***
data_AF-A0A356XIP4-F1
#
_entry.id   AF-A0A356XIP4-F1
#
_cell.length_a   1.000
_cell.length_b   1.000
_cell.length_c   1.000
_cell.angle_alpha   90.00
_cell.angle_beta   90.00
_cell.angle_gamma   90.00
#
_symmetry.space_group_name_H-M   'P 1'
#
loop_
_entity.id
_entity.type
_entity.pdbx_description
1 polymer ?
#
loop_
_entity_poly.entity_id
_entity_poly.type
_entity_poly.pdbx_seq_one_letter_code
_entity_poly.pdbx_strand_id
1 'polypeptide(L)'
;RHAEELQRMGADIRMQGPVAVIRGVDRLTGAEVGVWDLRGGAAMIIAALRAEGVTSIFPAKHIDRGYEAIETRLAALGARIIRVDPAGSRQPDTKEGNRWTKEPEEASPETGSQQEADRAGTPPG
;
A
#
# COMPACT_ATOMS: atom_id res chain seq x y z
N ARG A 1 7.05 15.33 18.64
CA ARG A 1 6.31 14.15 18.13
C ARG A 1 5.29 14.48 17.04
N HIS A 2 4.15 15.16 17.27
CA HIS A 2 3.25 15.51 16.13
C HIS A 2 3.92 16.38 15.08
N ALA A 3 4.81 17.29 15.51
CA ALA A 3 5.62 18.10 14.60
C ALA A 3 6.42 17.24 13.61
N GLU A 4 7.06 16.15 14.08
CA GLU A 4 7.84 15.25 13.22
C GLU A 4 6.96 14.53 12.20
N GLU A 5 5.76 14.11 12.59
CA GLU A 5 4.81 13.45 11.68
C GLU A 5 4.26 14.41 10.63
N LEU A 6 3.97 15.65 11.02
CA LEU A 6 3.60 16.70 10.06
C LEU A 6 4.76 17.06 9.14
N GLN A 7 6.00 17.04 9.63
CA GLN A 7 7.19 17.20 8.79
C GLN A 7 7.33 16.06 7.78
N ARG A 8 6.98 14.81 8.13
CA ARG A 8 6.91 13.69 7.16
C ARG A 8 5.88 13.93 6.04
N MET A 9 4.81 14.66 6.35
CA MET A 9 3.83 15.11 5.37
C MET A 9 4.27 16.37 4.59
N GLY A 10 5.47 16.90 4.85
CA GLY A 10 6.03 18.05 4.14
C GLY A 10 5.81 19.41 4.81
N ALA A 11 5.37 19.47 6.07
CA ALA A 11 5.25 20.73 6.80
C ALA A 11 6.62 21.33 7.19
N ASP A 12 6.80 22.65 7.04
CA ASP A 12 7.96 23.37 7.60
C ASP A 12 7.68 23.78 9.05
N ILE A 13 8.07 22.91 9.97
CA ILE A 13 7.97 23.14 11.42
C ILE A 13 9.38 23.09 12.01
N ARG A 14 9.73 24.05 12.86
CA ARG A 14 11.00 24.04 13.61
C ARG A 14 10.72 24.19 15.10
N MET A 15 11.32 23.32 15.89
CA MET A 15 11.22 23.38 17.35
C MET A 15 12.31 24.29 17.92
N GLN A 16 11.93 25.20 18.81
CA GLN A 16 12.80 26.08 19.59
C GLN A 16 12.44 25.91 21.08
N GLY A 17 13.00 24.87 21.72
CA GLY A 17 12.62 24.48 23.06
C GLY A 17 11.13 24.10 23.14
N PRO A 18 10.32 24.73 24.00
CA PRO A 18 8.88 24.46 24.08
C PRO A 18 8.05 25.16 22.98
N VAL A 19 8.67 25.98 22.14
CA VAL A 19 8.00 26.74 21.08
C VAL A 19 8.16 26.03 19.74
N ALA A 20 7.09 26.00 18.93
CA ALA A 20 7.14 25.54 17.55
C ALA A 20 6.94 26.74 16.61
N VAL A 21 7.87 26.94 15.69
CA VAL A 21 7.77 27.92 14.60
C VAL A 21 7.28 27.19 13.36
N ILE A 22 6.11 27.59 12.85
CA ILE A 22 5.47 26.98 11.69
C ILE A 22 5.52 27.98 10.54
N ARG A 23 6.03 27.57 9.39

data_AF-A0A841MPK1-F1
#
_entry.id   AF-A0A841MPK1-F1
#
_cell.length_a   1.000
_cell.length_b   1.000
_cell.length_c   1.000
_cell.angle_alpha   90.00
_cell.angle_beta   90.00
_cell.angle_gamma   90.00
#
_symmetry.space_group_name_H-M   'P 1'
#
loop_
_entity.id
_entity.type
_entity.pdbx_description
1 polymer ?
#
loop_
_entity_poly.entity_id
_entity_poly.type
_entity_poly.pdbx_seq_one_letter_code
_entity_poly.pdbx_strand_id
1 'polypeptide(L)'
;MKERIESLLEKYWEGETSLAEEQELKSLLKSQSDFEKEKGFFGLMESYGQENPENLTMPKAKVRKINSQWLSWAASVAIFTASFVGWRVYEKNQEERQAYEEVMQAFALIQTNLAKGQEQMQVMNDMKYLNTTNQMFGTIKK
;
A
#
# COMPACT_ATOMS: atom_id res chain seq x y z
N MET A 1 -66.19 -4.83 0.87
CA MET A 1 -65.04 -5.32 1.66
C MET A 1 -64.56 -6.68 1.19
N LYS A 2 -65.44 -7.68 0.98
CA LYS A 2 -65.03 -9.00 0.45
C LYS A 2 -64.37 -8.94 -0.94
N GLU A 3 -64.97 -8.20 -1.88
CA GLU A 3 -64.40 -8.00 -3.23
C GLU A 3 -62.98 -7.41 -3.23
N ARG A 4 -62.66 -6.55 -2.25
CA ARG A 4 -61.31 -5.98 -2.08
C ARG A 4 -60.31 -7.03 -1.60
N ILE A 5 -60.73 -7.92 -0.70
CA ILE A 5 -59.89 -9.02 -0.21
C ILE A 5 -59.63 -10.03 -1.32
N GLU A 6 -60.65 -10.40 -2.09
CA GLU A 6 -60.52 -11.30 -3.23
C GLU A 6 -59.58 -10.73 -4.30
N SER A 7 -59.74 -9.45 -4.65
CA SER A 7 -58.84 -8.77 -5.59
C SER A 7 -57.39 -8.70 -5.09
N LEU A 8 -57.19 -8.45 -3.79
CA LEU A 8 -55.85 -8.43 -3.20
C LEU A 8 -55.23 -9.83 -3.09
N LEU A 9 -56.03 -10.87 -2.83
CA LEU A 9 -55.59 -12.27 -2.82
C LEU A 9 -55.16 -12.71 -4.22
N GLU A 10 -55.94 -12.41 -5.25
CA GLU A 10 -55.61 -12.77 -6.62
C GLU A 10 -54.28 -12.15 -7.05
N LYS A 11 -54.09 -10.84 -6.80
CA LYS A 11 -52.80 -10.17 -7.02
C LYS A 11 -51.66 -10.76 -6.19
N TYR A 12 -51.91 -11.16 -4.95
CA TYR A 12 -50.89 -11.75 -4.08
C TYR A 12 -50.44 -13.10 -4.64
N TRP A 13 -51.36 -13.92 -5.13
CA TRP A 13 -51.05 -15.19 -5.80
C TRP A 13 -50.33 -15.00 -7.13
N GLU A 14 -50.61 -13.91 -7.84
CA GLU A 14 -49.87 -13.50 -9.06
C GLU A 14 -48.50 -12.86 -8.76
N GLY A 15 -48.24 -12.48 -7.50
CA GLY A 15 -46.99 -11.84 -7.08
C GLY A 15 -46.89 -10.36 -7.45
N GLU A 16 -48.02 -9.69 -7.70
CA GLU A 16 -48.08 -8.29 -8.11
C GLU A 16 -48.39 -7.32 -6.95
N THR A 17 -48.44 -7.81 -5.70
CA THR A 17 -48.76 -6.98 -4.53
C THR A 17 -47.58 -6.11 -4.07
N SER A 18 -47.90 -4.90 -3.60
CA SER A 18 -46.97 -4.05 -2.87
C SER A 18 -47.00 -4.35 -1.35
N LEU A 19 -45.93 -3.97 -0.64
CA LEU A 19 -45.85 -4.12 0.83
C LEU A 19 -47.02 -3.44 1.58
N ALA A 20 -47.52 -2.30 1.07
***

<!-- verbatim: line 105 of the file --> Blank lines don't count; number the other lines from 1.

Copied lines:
_cell.angle_alpha   90.00